The King County Council approved a new sales tax that aims to create or acquire housing for nearly half of the county’s chronically homeless population, although several smaller cities in the county have passed their own version of the tax, bypassing the county’s effort.
King County Executive Dow Constantine proposed the tax in his annual budget release in September. The aim is to pair it with new state legislation to allow local governments to purchase distressed properties, like motels and nursing homes. Many such businesses have been hit hard by the fallout from the coronavirus pandemic.
Passing the measure before Oct. 17 means the county will be able to collect funds beginning on Jan. 1, rather than waiting for another fiscal quarter to begin in April. The sooner the money starts flowing, the sooner the county can use it as bond to fund housing.
The tax is an example of collective action that will hopefully get thousands of people into safe, stable housing, said Councilmember Joe McDermott, the prime sponsor of the legislation, in a statement.
“This unprecedented investment will provide a stable and long-term funding stream to house upwards of 2,000 people living chronically homeless, as well as behavioral health care,” McDermott said. “People experiencing chronic homelessness are bearing the brunt of inequality in our region and need housing and support services to empower their path to health and stability.”
People are considered chronically homeless, according to U.S. Housing and Urban Development, if they have been without housing for more than a year and have an underlying disability. People who have experienced chronic homelessness can be difficult to house because of income limits and the need for supportive services. There are roughly 4,500 chronically homeless individuals in King County, the Homeless Management Information System reports.
The council voted 8 to 1 to pass the tax, with Councilmember Reagan Dunn, a Republican representing southeast King County, against.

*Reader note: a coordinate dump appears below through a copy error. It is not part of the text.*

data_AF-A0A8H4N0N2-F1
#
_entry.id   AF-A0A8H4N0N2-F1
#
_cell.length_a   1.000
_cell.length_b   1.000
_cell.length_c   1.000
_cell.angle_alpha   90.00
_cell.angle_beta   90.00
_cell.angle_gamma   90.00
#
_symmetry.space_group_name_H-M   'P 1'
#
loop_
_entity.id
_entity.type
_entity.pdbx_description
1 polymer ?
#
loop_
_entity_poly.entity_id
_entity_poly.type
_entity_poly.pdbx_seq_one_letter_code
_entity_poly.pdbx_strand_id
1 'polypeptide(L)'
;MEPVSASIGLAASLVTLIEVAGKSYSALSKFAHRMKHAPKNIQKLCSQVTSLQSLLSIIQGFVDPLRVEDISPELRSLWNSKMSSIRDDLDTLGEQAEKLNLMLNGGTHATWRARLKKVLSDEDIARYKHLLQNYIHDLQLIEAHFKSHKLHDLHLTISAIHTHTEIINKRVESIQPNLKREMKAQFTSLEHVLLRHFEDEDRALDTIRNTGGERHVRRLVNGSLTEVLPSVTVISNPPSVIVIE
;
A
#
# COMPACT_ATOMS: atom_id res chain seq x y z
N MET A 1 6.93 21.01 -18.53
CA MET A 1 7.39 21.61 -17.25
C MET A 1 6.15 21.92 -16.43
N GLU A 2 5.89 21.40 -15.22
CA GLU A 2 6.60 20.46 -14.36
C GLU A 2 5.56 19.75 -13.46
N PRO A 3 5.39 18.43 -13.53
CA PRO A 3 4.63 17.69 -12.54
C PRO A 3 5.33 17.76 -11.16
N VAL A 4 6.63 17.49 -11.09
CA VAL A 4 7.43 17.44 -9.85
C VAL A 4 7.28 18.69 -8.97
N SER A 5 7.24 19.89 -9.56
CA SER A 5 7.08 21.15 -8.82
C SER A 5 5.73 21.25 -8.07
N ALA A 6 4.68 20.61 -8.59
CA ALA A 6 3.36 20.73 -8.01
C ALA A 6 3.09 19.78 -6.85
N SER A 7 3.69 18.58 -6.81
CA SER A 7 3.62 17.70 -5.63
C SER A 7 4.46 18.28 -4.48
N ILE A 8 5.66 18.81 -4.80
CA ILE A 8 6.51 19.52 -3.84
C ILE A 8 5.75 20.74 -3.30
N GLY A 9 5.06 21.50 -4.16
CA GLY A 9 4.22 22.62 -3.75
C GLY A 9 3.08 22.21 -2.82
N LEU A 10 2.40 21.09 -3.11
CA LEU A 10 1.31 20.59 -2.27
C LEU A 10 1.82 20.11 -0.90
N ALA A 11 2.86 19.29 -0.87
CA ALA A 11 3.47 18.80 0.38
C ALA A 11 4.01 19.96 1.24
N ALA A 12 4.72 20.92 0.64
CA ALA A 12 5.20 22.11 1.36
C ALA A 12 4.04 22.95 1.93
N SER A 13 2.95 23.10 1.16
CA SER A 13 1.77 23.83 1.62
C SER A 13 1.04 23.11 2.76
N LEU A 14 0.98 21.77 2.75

In a statement after the vote, Dunn criticized the speed with which the council passed the new tax and said that the strategy of housing 2,000 chronically homeless people did not have buy-in from suburban cities nor did it have approval from the new regional homelessness authority.
“This lightning speed process and lack of a collaborative approach is a sore spot for cities,” Dunn said. “King County cities and towns continue to advocate for a seat at the table when decisions are being made that affect their residents, but a countywide sales tax would make it very easy for the County to circumvent cities’ priorities while forcing taxpayers to pay for these Seattle-centric approaches to solving homelessness.”
City councils have already begun speaking out, with several passing their own 0.1 percent sales tax to preempt the county, deciding instead to control their own funds rather than paying into the countywide strategy to alleviate chronic homelessness. Many are also part of the nascent King County Regional Homelessness Authority, an effort to mold a regional policy to combat homelessness that supplanted All Home, a coordinating body that lacked the power to implement changes.
The fact that cities would so quickly avoid a regional solution to house one of the more challenging populations of people experiencing homelessness is problematic, said Sara Rankin, a law professor at Seattle University and leader of the Homeless Rights Advocacy Project. Rankin is also a member of the implementation board for the Regional Homelessness Authority.
“If these cities are showing us who they are in terms of a commitment to regional solutions, we need to believe them and ask ourselves what we’re going to do,” Rankin said.
The tax and plan to spend it are straightforward, common sense solutions that will allow the county to make substantive investments at a time when industry has been laid low by the coronavirus outbreak, Rankin said.
Homeless advocates from agencies throughout the county agreed. Several called into public comment at the start of the Tuesday meeting to express their support for the tax, like Alison Eisinger, executive director of the Seattle King County Coalition on Homelessness (SKCCH), who called it “common sense” and “inspiring.”
“We don’t often get those two things in one package,” Eisinger said.
King County residents will start seeing the tax on Jan. 1, but the authority to purchase certain properties will require a new law at the state level. That legislation is championed by State Representative Cindy Ryu and State Senator Patty Kuderer.
Ashley Archibald is a Staff Reporter covering local government, policy and equity. Have a story idea? She can be can reached at ashleya (at) realchangenews (dot) org. Follow Ashley on Twitter @AshleyA_RC.
Read more in the Oct. 21-27, 2020 issue.